News and Events

Event Archives: 2017-2018

Fridays, January 19-April 27, 2018
STS Lunch Seminar Series
Sophia Gordon Multipurpose Room | 12:00-1:15 pm
More information and speaker lineup >

Thursday, April 26, 2018
STEM Ethics Roundtable

Bromfield Pearson 6 | 4:30-5:30 pm
Sponsors: Tufts oSTEM, STS, Department of Philosophy

How are histories of (un)ethical practices relevant to STEM? How are these discussions incorporated in teaching and training at Tufts? Join oSTEM for a roundtable discussion on the many ethical dimensions of science and technology.

Monday, April 9, 2018
Infrastructures of Imprisonment: Invisible Women and the Carceral State
Michelle Jones (NYU American Studies)
in conversation with
Elizabeth Hinton (Harvard History/African and African American Studies)
Sophia Gordon Multipurpose Room | 5:00-6:30pm
Download poster >

Michelle Jones is a first-year doctoral student in the American Studies program New York University. She is a Research Fellow at the Charles Warren Center for American Studies at Harvard University. She holds a Bachelor's degree from Ball State University. Following graduation, Michelle completed a four-year seminary ministerial diploma from the University of the South. Her interest in history, women, race, and prisons led her for the last four years to participate with a group of incarcerated scholars in challenging the narratives of the history of women's prison. Incarcerated for twenty years, Michelle made the most of the academic platform given to publish and present her research findings and dispel notions of the reach and intellectual capacity of justice-involved women. Michelle's advocacy extends beyond the classroom. She is currently on the board of Constructing Our Future, a reentry alternative for women, created by incarcerated women in Indiana, wherein they are given access to rehabilitative programming, carpentry job skills and the means to earn their own home. Michelle is also the Entrepreneurship Development Director for The Ladies of Hope Ministries. In addition, she has presented legislative testimony on a reentry alternative she created for long-term incarcerated people that was approved by the Indiana State Interim Committee on the Criminal Code. Michelle is also an artist and is interested in finding ways to funnel her research pursuits into theater and dance, including writing an original play, "The Duchess of Stringtown," produced in fall 2017 in Indianapolis and New York (selected scenes).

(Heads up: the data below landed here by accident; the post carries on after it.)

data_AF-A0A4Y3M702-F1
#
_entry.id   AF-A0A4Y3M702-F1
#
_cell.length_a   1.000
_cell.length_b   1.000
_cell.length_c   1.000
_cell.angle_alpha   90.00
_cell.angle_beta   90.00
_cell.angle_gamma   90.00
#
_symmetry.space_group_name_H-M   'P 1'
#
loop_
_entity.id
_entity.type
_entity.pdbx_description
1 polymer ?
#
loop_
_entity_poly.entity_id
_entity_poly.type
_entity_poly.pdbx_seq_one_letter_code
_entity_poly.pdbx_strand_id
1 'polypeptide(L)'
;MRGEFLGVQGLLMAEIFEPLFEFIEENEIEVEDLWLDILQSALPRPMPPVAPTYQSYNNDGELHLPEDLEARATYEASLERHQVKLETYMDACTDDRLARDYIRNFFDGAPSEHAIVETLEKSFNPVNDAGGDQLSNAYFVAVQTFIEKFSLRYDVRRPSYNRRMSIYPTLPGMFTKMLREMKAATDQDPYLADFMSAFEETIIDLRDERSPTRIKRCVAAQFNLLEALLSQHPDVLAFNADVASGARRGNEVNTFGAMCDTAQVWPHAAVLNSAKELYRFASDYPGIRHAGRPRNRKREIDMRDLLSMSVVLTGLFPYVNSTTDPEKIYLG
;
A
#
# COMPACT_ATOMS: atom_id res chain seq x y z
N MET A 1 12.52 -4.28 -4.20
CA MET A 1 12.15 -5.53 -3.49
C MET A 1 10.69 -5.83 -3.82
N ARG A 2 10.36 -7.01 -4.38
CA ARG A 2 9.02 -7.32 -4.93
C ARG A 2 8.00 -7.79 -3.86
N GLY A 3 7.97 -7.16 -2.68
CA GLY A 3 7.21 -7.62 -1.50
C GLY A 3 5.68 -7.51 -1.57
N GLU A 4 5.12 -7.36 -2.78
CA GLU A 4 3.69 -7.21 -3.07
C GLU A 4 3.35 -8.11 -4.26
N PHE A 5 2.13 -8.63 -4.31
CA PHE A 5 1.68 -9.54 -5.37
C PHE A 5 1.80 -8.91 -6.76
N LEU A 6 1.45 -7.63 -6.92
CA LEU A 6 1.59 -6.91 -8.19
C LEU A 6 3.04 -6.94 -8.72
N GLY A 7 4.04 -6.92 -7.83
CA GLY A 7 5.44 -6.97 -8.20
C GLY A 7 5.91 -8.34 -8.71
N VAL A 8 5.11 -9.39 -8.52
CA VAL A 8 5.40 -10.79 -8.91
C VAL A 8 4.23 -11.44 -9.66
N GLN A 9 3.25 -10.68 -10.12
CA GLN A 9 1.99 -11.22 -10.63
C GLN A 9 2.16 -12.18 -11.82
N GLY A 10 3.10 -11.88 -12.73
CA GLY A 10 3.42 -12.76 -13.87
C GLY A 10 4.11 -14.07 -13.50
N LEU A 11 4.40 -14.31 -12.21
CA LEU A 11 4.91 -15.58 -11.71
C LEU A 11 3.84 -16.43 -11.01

Sponsors: STS, Center for the Study of Race and Democracy, Tufts University Prison Initiative, Center for the Humanities at Tufts, Consortium of Studies in Race, Colonialism, and Diaspora, Department of History, Women's Gender, and Sexuality Studies, and American Studies.

Thursday, December 7, 2017
Holding Algorithms Accountable

Cathy O'Neil (Author, Weapons of Math Destruction)
Tisch Library, Room 304 | 3:00 PM
Sponsors: Computer Science and STS

In this talk, mathematician, data scientist and author Cathy O'Neil will outline the kinds of problems we face with powerful, opaque, and unfair algorithms being deployed against workers, consumers, and citizens. She will talk about the technical approaches we could take to addressing the problems, with existing examples of algorithmic auditing as well existing holes in the literature. She will also discuss what kind of inquiry could or should take place in academia versus industry or Washington D.C.

Friday, October 27, 2017
[WGSS Faculty Research Colloquium]
The Evolution of Gender-typed Behaviors in the Human Species:
Understanding Sex Differences in Chimpanzees

Zarin Machanda (Tufts Anthropology)
Laminan Lounge, Olin Center | 2:00 PM
Sponsors: Women's, Gender, and Sexuality Studies and STS

Wild chimpanzees exhibit striking sex differences in their social relationships. Many of these differences can be linked to ways that the sexes interact with their environment. Male chimpanzees create strong social bonds with one another, engaging in more aggressive and cooperative behavior than do female chimpanzees. This talk will examine social and ecological factors that impact sex differences along with ways in which sex differences may be modified by the observation of other individuals in their group, placing in new context the evolution of gender-typed behaviors in the human species

August 7-11, 2017
Geometry of Redistricting Workshop

Somerville Theater | Tufts University Medford Campus
Sponsors: Metric Geometry and Gerrymandering Group, Lawyers' Committee for Civil Rights Under Law, Program in Science, Technology, & Society, Jonathan M. Tisch College of Civic Life

A five day summer school mixing math, law, and civil rights, the Geometry of Redistricting Workshop aims to train mathematicians to be expert witnesses for court cases on redistricting and gerrymandering. Out of the five days of the August program, the first three days will be open to the public and made available online. Minicourses will cover the legal, historical, civil rights, and mathematical aspects of redistricting. For the last two days, three more specialized parallel tracks will be offered, focusing on (a) expert witnessing, (b) teaching, and (c) GIS. All three tracks will foreground the geometric considerations of the redistricting problem. Participants for the specialized tracks were chosen by an application process in March. Registration for the first three days opens June 1, 2017. For more details, tentative schedule, and list of speakers, please visit the Geometry of Redistricting website.